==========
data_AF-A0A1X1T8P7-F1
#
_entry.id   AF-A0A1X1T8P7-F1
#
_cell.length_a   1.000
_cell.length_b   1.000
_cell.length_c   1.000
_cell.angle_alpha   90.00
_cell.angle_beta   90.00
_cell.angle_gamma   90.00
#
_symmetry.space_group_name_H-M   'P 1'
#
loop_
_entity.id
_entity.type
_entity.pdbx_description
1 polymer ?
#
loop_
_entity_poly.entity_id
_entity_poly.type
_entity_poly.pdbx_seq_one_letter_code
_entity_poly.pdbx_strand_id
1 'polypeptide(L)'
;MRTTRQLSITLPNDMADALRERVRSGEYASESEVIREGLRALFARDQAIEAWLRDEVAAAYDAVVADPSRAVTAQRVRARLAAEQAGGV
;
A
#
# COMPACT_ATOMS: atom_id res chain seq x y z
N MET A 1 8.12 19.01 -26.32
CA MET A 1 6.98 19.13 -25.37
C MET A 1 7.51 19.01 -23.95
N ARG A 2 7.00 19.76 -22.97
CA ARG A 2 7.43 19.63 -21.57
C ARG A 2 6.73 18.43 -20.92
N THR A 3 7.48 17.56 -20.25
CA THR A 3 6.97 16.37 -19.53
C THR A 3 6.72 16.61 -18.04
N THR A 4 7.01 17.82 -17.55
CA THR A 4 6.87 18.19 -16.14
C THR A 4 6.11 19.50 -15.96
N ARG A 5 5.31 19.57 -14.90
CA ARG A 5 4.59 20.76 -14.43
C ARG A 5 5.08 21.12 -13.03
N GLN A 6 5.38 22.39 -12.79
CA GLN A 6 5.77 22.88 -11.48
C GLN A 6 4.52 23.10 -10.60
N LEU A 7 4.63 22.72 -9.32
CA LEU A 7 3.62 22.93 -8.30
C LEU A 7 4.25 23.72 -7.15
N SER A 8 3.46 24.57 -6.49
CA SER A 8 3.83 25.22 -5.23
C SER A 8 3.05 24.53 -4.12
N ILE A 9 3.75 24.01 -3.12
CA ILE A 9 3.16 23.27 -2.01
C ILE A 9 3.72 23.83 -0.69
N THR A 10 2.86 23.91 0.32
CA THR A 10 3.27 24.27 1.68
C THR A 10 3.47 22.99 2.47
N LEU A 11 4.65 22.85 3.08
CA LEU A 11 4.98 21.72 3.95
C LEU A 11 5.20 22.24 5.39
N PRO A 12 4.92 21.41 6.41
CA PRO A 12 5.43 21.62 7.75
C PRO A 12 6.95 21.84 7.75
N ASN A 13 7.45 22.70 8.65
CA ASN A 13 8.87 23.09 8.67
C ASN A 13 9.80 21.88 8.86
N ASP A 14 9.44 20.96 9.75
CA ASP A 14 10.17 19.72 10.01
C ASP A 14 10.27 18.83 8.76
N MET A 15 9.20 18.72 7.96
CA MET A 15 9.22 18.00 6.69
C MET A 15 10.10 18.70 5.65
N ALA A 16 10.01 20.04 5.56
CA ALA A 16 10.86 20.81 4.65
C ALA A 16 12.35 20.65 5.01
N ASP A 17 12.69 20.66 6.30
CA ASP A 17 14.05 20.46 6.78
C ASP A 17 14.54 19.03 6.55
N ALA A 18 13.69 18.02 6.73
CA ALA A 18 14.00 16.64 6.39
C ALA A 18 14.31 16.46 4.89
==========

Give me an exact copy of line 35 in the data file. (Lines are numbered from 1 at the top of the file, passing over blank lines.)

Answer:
CA ARG A 2 7.43 19.63 -21.57